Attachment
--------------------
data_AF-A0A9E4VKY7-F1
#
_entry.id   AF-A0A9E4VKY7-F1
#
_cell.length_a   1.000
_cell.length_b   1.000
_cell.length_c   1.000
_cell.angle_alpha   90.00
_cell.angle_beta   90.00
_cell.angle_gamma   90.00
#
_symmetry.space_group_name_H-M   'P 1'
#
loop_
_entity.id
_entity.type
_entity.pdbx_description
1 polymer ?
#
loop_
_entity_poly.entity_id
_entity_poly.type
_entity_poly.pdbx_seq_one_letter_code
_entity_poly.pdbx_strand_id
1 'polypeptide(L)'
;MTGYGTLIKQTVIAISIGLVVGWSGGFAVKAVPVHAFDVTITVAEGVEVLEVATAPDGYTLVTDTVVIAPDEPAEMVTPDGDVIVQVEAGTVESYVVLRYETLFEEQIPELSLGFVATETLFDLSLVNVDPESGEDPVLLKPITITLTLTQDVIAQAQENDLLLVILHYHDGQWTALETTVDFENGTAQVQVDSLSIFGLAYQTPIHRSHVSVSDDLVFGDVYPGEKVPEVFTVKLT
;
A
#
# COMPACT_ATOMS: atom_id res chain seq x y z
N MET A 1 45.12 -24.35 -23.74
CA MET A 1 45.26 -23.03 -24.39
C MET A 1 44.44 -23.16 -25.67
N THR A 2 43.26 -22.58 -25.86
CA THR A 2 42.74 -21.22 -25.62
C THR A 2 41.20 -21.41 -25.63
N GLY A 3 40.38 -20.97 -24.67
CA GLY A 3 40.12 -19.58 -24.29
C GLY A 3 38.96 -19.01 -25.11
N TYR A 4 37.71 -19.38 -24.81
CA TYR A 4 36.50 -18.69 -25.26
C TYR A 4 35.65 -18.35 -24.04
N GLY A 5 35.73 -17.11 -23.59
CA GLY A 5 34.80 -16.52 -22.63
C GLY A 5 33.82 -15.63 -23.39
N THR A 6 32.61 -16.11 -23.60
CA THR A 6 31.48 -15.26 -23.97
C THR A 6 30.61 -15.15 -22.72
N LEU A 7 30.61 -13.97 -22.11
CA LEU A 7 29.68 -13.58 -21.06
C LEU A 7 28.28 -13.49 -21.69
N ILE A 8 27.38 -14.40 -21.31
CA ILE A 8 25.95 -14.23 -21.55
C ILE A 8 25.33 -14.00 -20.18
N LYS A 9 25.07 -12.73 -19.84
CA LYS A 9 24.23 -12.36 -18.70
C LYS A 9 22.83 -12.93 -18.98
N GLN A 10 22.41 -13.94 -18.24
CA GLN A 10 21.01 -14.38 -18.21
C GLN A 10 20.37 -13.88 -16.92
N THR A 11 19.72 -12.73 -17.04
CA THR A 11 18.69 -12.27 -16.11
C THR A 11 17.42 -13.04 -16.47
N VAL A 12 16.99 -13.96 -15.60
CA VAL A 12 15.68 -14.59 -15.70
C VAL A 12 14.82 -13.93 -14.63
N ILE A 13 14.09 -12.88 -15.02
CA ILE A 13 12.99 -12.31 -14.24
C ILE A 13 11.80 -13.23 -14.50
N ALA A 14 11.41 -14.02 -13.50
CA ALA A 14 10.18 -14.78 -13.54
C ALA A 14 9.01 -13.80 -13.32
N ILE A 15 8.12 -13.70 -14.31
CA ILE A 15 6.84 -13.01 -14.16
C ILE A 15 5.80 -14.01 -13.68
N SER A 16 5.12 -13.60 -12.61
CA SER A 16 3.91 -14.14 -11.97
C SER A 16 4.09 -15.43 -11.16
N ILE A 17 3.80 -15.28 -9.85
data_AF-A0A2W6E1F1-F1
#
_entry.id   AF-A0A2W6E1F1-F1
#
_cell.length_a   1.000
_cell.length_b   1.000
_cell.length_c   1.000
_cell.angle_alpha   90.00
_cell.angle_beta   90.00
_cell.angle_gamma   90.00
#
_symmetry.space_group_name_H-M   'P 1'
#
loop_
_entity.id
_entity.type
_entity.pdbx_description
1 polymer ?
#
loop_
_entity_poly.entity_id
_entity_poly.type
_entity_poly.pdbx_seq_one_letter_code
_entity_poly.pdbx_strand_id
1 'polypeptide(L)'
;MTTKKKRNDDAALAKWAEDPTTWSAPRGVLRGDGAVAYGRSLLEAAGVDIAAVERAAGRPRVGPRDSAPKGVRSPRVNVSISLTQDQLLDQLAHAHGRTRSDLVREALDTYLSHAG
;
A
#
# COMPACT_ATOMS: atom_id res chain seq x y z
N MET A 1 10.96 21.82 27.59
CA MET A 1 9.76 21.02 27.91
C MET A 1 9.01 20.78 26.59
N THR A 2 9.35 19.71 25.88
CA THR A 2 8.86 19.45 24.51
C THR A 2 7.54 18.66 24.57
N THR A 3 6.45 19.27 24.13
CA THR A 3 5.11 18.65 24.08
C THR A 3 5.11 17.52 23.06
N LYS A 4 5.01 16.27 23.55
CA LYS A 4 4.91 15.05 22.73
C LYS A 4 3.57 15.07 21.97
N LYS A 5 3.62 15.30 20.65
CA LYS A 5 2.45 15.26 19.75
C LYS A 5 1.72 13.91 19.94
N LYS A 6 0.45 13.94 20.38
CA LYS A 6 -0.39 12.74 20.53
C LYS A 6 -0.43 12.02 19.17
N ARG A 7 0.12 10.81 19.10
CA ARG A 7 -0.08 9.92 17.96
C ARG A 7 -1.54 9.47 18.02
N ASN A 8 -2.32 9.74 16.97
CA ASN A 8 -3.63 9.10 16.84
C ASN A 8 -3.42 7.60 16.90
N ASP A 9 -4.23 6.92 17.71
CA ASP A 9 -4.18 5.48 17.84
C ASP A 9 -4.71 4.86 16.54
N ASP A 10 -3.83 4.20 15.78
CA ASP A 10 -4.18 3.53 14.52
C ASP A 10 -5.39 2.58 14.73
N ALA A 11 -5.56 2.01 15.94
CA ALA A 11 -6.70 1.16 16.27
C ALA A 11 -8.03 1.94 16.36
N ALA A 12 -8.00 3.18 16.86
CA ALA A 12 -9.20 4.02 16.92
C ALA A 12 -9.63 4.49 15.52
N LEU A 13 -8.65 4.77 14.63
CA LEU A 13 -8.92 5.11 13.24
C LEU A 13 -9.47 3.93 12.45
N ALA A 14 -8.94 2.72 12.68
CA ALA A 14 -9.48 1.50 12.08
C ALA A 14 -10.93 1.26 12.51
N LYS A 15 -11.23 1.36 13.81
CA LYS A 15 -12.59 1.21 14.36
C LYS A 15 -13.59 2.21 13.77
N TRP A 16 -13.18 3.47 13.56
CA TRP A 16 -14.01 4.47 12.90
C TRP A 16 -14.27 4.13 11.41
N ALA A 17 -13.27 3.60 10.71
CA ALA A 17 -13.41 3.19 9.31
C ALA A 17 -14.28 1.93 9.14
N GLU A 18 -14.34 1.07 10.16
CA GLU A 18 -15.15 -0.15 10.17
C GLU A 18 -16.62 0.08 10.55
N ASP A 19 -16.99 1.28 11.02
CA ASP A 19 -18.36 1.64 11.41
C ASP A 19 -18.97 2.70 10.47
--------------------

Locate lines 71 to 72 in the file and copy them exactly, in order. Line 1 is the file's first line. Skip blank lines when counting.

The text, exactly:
CA ALA A 14 10.18 -14.78 -13.54
C ALA A 14 9.01 -13.80 -13.32